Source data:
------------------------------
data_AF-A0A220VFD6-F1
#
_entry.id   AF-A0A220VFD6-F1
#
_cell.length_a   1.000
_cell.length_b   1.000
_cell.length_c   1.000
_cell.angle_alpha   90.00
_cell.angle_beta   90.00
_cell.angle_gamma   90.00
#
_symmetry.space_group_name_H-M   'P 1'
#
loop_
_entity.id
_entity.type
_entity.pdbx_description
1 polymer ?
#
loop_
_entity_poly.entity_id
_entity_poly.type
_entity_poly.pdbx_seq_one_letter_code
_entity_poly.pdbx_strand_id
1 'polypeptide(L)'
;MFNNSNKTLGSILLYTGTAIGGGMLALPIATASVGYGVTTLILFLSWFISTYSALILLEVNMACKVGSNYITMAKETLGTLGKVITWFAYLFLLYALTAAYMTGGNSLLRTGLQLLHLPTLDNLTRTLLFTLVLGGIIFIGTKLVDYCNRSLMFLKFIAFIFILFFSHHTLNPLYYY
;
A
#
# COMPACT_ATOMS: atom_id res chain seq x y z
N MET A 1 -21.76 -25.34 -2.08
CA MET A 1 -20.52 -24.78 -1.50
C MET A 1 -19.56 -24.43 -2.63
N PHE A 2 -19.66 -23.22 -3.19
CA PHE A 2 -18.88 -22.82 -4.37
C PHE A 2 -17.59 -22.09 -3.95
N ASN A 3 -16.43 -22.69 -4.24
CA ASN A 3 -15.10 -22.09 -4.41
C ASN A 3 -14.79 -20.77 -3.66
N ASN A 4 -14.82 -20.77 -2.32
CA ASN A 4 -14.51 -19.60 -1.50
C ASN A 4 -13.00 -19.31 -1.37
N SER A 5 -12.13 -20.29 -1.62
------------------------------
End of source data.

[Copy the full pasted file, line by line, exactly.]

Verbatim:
data_AF-A0A220VFD6-F1
#
_entry.id   AF-A0A220VFD6-F1
#
_cell.length_a   1.000
_cell.length_b   1.000
_cell.length_c   1.000
_cell.angle_alpha   90.00
_cell.angle_beta   90.00
_cell.angle_gamma   90.00
#
_symmetry.space_group_name_H-M   'P 1'
#
loop_
_entity.id
_entity.type
_entity.pdbx_description
1 polymer ?
#
loop_
_entity_poly.entity_id
_entity_poly.type
_entity_poly.pdbx_seq_one_letter_code
_entity_poly.pdbx_strand_id
1 'polypeptide(L)'
;MFNNSNKTLGSILLYTGTAIGGGMLALPIATASVGYGVTTLILFLSWFISTYSALILLEVNMACKVGSNYITMAKETLGTLGKVITWFAYLFLLYALTAAYMTGGNSLLRTGLQLLHLPTLDNLTRTLLFTLVLGGIIFIGTKLVDYCNRSLMFLKFIAFIFILFFSHHTLNPLYYY
;
A
#
# COMPACT_ATOMS: atom_id res chain seq x y z
N MET A 1 -21.76 -25.34 -2.08
CA MET A 1 -20.52 -24.78 -1.50
C MET A 1 -19.56 -24.43 -2.63
N PHE A 2 -19.66 -23.22 -3.19
CA PHE A 2 -18.88 -22.82 -4.37
C PHE A 2 -17.59 -22.09 -3.95
N ASN A 3 -16.43 -22.69 -4.24
CA ASN A 3 -15.10 -22.09 -4.41
C ASN A 3 -14.79 -20.77 -3.66
N ASN A 4 -14.82 -20.77 -2.32
CA ASN A 4 -14.51 -19.60 -1.50
C ASN A 4 -13.00 -19.31 -1.37
N SER A 5 -12.13 -20.29 -1.62